Before I touch on those important matters more specifically, I want to state my purpose for the first WHEREAS clause which mentions a previous motion brought here by Mr. Carl Greenidge and it is now Resolution 14 of 27th June, 2012. This resolution of the House must be appreciated for what it is. It is a command of this House that the Minister of Finance makes financial provision for the commissioning of an independent audit of NICIL, that a report be provided to the House as to the sale of all State assets entrusted to NICIL, including terms on which they were disposed. From all appearances, this command of this House, through that resolution, is not being heeded. It seems like the Minster and the company, NICIL, have certain immunities and privileges which entitle them, the Minister and NICIL, to dismiss this honourable House’s command. It is as though they are beyond scrutiny, beyond reproach and beyond accountability. Well I want to reassure this House that this Opposition, and at least the Alliance For Change, will not make it happen.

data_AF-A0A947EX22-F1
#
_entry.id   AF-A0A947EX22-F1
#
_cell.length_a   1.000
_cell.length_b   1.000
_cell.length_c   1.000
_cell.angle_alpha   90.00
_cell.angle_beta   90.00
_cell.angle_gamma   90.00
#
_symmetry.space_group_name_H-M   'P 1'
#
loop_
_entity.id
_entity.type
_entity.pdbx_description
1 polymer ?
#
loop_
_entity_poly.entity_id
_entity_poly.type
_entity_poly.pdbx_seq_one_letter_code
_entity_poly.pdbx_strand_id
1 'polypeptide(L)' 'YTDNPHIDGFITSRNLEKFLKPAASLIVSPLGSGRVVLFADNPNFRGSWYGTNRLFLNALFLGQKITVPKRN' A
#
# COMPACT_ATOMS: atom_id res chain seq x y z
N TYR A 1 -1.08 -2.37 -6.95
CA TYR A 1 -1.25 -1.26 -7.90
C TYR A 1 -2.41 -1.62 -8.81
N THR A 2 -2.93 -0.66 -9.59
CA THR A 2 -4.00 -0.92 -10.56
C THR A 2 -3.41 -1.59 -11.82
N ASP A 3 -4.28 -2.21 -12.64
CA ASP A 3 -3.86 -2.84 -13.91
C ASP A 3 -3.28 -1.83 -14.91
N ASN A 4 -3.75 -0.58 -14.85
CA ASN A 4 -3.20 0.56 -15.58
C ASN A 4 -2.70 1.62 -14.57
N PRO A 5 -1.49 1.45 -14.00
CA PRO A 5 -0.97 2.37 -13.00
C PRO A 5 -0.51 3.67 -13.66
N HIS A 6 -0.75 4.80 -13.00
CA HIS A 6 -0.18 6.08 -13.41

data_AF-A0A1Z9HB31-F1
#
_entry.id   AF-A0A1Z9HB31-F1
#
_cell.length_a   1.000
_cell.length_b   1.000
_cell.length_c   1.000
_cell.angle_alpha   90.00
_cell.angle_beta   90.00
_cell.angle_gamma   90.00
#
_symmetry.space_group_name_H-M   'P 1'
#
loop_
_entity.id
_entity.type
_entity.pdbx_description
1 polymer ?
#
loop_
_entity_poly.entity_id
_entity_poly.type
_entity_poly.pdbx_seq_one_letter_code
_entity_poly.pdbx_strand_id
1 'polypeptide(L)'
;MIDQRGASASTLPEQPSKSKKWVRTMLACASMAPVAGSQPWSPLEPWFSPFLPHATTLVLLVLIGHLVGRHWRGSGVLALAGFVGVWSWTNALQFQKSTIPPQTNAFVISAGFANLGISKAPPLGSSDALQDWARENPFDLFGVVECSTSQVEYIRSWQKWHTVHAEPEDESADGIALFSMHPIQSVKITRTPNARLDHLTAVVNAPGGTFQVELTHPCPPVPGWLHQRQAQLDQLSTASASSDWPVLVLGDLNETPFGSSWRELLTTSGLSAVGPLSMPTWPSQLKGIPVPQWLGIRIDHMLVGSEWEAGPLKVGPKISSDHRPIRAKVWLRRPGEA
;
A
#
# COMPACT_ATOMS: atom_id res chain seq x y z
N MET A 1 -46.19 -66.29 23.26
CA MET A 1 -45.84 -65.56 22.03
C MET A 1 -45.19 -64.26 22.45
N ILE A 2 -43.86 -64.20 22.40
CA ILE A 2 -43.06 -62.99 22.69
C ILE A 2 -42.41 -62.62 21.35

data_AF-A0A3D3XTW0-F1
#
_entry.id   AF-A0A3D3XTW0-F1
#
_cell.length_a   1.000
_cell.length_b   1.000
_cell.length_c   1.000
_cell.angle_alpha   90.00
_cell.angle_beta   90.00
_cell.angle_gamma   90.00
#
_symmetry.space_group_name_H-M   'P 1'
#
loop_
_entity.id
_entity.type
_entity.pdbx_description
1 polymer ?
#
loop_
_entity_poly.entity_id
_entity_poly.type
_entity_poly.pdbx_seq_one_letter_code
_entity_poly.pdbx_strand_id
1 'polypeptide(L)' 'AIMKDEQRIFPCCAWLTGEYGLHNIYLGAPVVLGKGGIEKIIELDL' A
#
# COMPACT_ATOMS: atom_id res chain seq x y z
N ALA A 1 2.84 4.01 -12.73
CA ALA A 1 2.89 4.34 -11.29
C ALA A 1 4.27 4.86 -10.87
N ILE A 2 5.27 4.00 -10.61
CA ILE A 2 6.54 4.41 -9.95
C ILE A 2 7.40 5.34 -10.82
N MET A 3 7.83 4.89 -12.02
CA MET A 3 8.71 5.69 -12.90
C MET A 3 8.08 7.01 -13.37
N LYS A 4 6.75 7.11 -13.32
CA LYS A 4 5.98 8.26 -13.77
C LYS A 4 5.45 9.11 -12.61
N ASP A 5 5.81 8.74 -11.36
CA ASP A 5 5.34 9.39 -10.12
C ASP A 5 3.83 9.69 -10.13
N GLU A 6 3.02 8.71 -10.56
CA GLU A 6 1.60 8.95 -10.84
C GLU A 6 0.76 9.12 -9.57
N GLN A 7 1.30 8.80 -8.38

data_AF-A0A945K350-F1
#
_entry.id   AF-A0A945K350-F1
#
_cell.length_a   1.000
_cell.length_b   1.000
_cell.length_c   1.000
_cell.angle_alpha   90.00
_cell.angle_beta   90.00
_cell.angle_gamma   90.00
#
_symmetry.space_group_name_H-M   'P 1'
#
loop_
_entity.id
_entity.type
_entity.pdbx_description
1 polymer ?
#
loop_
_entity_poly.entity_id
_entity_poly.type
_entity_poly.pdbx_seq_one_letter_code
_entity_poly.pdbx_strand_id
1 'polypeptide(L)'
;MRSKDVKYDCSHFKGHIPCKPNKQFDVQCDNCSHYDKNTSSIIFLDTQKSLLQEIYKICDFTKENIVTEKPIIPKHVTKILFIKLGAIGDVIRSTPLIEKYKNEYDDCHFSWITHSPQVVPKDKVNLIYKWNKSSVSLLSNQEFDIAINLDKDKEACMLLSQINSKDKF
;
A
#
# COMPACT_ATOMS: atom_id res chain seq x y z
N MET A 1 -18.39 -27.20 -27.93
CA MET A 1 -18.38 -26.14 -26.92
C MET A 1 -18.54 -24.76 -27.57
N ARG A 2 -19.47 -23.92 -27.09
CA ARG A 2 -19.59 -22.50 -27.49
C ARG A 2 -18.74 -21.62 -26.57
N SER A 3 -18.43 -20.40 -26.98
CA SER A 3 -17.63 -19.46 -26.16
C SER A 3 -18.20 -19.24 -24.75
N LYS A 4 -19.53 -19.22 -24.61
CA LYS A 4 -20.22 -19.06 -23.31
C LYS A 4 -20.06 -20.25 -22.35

NICIL, vicariously through the Minister of Finance, and the Minister of Finance, personally, are accountable to this House and that is a concept that they apparently do not understand. They are accountable to this National Assembly. This House must not countenance such an exercise of defiance of the Assembly’s command from a company, the veil of which when lifted reveals that section of the Cabinet well known as the financial sultanate of Guyana - the Hon. Minister of Finance, Dr. Luncheon of the National Insurance Scheme (NIS) fame, Mr.  Brassington of so many other companies fame, et al. This House must express, in this motion, its concerns – I had to delete the word “repugnance”, Sir – about the conduct of those players involved. It is what I regard as something that is wrong which ought to be extended to the Government which, as I said, in a sense, is encouraging that conduct of NICIL. This exercise of defiance to this House’s command reveals that NICIL, and the prime movers behind it, has this disposition of reconfiguring what the financial architecture of this State is.